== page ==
I feel like you really need to ask yourself: "At what point in time will my IoT devices actually be taking public requests?"

I, for one, don't want a chip responsible for determining the cleanliness of the public water supply to EVER be taking public requests from the internet.

This seems like the ideal circumstance for a reverse proxy server.

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It can be both a client and a server, but even clients can benefit from certificates eg MQTT. The system might serve a web-HMI viewable by someone on that network or it might not be 100% segmented.

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There are many use cases that don't necessarily imply access from the public Internet. If you consider that the entire facility is behind a NAT but the IOT devices are serving web-HMIs, you still (ideally) don't want self-signed certificates.

In SCADA the systems are often remote - lift stations, distribution, etc. etc. - in which case you want no access into the system, but to push signed/encrypted data to the 'net. @ Osiris considers that a "client" which may decrease the need for a trusted certificate, but I don't think it eliminates it.

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@ergouser

Please explain your setup.

I don't see a reason why it should be impossible to use Letsencrypt certificates.

image

How about this first, how do we ensure that the "User" doesn't have to deal with a self-signed certificate?

It should be no more difficult to issue a cert from an internal/private PKI system that a public one.
If you really care about keeping off the Internet, then you should really consider not relying on it at all, nor interacting with it either.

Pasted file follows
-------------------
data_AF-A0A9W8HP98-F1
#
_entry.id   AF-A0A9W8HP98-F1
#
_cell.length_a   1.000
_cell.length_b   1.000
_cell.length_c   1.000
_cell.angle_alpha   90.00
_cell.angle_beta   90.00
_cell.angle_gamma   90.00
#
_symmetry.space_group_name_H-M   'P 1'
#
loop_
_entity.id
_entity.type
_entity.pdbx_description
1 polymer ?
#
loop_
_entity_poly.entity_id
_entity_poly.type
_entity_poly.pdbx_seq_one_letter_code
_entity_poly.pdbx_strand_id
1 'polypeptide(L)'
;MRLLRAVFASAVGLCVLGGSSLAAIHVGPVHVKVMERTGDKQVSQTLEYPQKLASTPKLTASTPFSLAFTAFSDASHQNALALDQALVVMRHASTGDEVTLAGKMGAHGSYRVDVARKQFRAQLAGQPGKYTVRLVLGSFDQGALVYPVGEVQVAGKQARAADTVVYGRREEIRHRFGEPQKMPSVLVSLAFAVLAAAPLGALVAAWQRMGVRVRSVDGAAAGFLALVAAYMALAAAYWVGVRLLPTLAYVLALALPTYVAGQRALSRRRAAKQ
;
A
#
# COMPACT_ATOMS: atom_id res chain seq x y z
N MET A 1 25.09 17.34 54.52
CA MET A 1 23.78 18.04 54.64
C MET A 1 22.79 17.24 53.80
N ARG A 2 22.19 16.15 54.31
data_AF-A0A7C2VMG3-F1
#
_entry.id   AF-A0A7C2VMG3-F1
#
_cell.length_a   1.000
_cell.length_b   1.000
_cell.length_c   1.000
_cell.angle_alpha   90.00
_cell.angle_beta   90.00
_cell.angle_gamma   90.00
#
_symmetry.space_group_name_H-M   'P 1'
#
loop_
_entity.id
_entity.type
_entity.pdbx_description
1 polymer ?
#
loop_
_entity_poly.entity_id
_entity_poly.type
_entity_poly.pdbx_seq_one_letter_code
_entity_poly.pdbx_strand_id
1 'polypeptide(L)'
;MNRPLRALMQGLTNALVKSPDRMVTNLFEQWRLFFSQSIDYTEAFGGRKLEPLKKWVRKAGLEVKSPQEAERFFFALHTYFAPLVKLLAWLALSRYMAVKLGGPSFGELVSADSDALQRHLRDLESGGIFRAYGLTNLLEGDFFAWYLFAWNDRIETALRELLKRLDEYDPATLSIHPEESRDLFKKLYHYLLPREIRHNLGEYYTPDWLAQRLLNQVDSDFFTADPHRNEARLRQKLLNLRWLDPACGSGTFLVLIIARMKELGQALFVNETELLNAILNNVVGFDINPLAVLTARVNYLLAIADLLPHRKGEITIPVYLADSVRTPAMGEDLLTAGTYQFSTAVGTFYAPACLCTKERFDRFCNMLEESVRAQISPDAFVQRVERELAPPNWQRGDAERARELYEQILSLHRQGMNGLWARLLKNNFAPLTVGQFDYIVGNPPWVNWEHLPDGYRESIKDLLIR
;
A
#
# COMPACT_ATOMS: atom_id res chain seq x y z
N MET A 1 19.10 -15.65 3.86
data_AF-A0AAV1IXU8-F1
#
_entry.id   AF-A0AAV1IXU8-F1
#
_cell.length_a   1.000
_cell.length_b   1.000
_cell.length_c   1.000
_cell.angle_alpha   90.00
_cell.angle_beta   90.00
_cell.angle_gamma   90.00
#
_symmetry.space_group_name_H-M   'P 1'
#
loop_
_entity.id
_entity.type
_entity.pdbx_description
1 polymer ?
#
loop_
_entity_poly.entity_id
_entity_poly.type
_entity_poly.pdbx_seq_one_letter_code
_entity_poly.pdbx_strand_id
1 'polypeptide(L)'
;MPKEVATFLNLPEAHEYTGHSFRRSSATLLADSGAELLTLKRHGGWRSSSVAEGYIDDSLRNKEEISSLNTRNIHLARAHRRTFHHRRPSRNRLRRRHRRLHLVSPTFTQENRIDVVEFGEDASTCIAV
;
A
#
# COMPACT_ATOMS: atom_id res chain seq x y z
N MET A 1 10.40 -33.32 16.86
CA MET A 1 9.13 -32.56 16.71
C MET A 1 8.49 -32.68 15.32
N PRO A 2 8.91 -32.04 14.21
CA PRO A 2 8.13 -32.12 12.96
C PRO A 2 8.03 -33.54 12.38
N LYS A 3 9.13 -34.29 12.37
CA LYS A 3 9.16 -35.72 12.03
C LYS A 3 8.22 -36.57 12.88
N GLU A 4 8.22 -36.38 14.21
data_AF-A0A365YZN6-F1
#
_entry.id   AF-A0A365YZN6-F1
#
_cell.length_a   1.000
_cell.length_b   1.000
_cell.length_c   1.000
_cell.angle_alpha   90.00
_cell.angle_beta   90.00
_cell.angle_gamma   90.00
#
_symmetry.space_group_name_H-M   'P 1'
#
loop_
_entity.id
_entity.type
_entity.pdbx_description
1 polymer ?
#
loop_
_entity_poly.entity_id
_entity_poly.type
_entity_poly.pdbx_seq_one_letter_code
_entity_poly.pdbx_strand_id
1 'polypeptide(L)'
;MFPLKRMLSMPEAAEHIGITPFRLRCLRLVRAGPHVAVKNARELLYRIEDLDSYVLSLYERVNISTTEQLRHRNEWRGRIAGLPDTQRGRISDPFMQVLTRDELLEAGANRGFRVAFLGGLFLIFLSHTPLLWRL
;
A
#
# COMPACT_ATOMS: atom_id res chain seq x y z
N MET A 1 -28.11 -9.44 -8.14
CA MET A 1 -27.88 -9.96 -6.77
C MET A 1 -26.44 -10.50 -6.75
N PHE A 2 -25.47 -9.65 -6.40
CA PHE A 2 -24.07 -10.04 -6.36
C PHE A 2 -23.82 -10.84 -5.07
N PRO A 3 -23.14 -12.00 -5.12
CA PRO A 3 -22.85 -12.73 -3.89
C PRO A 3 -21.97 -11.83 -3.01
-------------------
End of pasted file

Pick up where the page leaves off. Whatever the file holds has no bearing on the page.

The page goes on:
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Need I say that this is not a forum for - Please help me securely design my for profit business.

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Your IOT-device must have a worldwide unique domain name.

Sample:

https://wlshwxfdfwabqu2c9p.myfritz.net/

is a unique subdomain from myfritz.net (Router FritzBoxes).

That FritzBox can create a Letsencrypt certificate via dns validation.

So a user can use that domain name to connect to that device.

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Is it really that easy? If I create a Fargate container on AWS it has a 10.10.a.b address (or something). If I assign mycontainer.mydomain.com to that IP can I really get a certificate for the container?

Your question says: You didn't read the shared basics. Please change that.

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Fair comment but sometimes I just need someone to expose the scope of my ignorance so I know where I should be starting to back-fill. Thanks (and genuinely, not facetiously).

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You need to break the problem down until the smaller pieces are manageable.

  • How can you get certs for all your IOT devices (and renew those certs)
  • How can you deploy the new certs (and also their renewals)
  • How can the IOT device use a cert
  • How can the clients validate the certs (chain and OCSP)
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Yes, because the dns-01 challenge doesn't require public connectivity to the host, it requires public connectivity to the DNS infrastructure.